“Children Can Reduce Your Taxes” by John Ingrisano

Yes, children are expensive. According to the most recent government statistics, it takes $235,000 to raise one child from birth to age 18. (And that doesn’t include college.)  However, our tax laws make it possible to take sizable tax deductions and credits. So, as a parent, part of your money-management strategy should be to capitalize on tax breaks that can increase your take-home income and, in turn, maintain/boost your standard of living.

Here are some of the benefits to which you are entitled as a parent:

1.  The Basic Exemption. You are generally eligible to take a deduction off your income for each dependent child in your household under age 19 (age 24 if he or she is a full-time student, or any age if disabled). The amount of the deduction for 2012, reports the IRS, is $3,800, up $100 from 2011. 

2.  The Child Tax Credit. For each child age 17 or younger, you can claim a $1,000 credit in 2012 (the same as last year), provided your income does not exceed certain amounts. Note: A tax credit is deducted from your tax, not your income, so it can lead to big savings.

3.  Child Care Credit. You may qualify for a child-care income-tax credit of up to $3,000 ($6,000 for two or more qualifying dependents) for day-care or baby-sitter services.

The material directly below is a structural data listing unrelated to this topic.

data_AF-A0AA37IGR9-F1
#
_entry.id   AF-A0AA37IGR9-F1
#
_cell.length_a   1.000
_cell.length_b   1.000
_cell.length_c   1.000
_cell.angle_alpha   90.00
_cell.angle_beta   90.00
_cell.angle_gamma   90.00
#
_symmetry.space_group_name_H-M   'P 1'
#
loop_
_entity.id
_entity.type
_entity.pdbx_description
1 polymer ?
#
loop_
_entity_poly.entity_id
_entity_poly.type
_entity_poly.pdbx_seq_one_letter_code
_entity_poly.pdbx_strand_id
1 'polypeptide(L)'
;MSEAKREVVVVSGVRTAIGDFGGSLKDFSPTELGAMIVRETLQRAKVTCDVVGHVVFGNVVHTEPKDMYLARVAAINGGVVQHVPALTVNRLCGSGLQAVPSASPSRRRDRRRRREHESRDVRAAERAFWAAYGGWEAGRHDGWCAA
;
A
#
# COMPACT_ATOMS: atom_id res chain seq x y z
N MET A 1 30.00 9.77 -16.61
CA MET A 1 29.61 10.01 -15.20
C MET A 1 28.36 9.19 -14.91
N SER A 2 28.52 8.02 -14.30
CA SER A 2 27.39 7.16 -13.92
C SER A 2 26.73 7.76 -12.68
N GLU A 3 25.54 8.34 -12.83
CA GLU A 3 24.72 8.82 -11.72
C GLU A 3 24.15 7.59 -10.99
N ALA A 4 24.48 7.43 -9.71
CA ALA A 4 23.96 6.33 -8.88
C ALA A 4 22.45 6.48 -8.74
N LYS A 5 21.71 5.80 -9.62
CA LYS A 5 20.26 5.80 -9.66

4.  Educational Tax Credits. Among these, families that qualify for the Hope and American Opportunity tax credits for college students can deduct up to $2,500 from their taxes in 2012.

5.  Deductions on Educational Related Interest. Interest on loans is deductible up to $2,500. There is an income limit, though, to qualify for the deductions.

6.  The Adoption Credit. If you adopt a child, you can claim an adoption tax credit, if applicable, for a child under 18. The maximum amount for 2012 is $12,650, down from $13,360 in 2011, reports the North American Council on Adoptable Children.

Note: These are just some of the tax breaks from which you can benefit as a parent. Keep in mind that eligibility is often subject to fine-print details.  So, before you act, check with your accountant (and, if appropriate, your attorney) to make sure you are eligible for any/all of the above tax breaks and to make sure you are not overlooking any.




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